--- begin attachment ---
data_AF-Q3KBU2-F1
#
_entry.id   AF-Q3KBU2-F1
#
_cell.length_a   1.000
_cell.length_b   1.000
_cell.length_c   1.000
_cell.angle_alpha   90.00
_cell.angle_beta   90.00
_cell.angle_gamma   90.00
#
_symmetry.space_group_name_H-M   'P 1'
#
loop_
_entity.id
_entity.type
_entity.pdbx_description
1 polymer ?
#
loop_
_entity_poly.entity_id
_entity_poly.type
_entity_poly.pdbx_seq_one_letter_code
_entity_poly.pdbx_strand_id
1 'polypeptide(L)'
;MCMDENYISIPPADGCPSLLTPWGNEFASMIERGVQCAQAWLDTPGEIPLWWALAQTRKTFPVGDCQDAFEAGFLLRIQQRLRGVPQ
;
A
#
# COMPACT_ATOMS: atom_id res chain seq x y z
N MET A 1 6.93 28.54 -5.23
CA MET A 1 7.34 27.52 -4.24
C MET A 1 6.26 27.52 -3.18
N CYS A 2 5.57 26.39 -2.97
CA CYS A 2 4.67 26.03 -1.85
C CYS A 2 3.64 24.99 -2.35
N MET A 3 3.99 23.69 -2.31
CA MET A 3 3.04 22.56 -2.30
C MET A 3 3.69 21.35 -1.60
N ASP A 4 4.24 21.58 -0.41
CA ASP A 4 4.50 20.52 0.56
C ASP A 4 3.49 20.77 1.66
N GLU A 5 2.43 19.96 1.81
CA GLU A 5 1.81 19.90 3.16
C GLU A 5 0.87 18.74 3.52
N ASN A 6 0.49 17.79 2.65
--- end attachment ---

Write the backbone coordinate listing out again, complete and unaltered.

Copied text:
data_AF-Q3KBU2-F1
#
_entry.id   AF-Q3KBU2-F1
#
_cell.length_a   1.000
_cell.length_b   1.000
_cell.length_c   1.000
_cell.angle_alpha   90.00
_cell.angle_beta   90.00
_cell.angle_gamma   90.00
#
_symmetry.space_group_name_H-M   'P 1'
#
loop_
_entity.id
_entity.type
_entity.pdbx_description
1 polymer ?
#
loop_
_entity_poly.entity_id
_entity_poly.type
_entity_poly.pdbx_seq_one_letter_code
_entity_poly.pdbx_strand_id
1 'polypeptide(L)'
;MCMDENYISIPPADGCPSLLTPWGNEFASMIERGVQCAQAWLDTPGEIPLWWALAQTRKTFPVGDCQDAFEAGFLLRIQQRLRGVPQ
;
A
#
# COMPACT_ATOMS: atom_id res chain seq x y z
N MET A 1 6.93 28.54 -5.23
CA MET A 1 7.34 27.52 -4.24
C MET A 1 6.26 27.52 -3.18
N CYS A 2 5.57 26.39 -2.97
CA CYS A 2 4.67 26.03 -1.85
C CYS A 2 3.64 24.99 -2.35
N MET A 3 3.99 23.69 -2.31
CA MET A 3 3.04 22.56 -2.30
C MET A 3 3.69 21.35 -1.60
N ASP A 4 4.24 21.58 -0.41
CA ASP A 4 4.50 20.52 0.56
C ASP A 4 3.49 20.77 1.66
N GLU A 5 2.43 19.96 1.81
CA GLU A 5 1.81 19.90 3.16
C GLU A 5 0.87 18.74 3.52
N ASN A 6 0.49 17.79 2.65